In a new book, What Democracy is For: On Freedom and Moral Government (Princeton University Press, 2007), Stein Ringen points out the failure of the world’s democracies, most specifically the United States and Britain, to live up to their own founding ideological values and expectations. Ringen, professor of Sociology and Social Policy at the University of Oxford, argues that citizens are increasingly distrustful of their government and apathetic to participating in public affairs.
On Monday, April 30, Stein Ringen joned Brookings Senior Fellows William Galston and Kent Weaver to discuss the policy solutions he proposed in his book that aim to restore faith in global democracy. Panelists also discussed Ringen’s view that a global economy must be grounded in shared values of freedom and democracy.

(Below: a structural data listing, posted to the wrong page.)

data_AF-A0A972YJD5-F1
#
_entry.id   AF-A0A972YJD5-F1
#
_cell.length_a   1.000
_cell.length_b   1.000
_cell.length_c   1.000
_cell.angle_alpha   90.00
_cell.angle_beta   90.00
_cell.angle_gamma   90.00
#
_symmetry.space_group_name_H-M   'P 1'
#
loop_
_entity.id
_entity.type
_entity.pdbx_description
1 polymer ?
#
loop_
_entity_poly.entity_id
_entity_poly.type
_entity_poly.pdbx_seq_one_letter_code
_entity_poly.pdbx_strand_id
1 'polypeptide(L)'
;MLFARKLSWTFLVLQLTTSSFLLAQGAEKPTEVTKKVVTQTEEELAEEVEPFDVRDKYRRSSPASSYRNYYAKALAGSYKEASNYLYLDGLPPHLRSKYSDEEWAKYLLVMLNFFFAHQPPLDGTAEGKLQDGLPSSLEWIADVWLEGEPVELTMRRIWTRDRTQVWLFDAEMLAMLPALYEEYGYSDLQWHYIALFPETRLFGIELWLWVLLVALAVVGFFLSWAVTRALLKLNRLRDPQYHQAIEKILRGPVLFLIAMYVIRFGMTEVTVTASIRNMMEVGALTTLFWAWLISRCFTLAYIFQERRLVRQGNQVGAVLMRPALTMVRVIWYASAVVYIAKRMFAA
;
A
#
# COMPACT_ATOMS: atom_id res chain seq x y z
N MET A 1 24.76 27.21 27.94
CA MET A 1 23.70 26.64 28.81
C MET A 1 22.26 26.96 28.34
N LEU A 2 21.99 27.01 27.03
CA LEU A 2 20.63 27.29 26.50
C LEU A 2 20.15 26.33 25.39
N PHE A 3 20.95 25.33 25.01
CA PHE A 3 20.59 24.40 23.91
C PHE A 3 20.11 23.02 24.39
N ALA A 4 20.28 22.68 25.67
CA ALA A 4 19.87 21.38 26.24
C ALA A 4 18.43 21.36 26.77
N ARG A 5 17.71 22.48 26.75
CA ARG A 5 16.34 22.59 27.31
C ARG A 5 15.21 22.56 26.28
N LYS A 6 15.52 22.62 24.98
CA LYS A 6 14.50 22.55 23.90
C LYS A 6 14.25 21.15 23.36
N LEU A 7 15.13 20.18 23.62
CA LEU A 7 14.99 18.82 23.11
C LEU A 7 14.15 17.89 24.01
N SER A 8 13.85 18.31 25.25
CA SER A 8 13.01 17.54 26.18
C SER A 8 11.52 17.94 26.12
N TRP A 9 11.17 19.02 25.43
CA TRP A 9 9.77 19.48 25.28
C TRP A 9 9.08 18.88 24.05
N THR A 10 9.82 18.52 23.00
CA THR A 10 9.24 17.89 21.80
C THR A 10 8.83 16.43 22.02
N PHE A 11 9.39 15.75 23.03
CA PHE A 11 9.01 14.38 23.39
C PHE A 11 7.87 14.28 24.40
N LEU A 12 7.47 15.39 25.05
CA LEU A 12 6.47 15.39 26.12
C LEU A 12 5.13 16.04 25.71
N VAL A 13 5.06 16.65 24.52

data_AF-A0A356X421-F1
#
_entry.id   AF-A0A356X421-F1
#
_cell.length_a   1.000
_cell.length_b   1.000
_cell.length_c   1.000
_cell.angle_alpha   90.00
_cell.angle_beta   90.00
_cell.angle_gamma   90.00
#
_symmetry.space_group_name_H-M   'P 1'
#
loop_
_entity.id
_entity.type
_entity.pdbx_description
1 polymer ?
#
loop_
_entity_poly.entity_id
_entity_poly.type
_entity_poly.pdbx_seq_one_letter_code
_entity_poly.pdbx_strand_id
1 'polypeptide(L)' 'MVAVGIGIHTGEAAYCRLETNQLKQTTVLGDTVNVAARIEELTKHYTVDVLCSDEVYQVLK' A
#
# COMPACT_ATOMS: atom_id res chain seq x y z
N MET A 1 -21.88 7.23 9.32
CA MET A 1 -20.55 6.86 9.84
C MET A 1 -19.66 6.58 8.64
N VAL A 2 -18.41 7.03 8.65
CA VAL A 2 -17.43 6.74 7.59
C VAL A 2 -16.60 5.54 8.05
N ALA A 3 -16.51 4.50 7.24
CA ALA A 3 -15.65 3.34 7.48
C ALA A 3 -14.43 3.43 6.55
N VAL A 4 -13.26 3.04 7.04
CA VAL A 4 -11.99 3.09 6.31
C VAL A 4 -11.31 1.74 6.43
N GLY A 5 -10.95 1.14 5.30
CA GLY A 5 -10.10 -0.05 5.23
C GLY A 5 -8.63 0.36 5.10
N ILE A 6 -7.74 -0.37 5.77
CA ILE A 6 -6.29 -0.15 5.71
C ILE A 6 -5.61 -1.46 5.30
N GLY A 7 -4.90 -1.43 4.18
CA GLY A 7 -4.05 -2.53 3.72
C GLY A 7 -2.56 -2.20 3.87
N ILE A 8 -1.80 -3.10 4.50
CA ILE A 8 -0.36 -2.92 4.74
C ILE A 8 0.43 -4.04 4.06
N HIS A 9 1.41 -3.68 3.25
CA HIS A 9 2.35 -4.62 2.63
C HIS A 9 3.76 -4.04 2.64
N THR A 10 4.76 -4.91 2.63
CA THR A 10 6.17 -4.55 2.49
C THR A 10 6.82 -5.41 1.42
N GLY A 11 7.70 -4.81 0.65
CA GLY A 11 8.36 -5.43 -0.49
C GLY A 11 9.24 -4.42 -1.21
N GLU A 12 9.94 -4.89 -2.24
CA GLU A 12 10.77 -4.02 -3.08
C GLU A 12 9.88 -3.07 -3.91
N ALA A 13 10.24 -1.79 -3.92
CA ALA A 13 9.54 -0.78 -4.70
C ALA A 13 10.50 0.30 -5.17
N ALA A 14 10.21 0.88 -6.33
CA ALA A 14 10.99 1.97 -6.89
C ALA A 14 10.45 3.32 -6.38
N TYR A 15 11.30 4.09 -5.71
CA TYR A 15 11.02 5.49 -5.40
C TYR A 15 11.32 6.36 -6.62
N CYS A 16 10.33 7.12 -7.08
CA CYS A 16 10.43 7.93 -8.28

This event was the fourth in the occasional series, “Governing Ideas,” hosted by Brookings’s Governance Studies program. The series is intended to broaden the discussion of governance issues through forums on timely and relevant books on history, culture, legal norms and practices, values and religion.
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Unless we collectively correct our course as a nation, in a few decades the concept of an “American Dream” might be nothing more than a dusty, antiquated relic.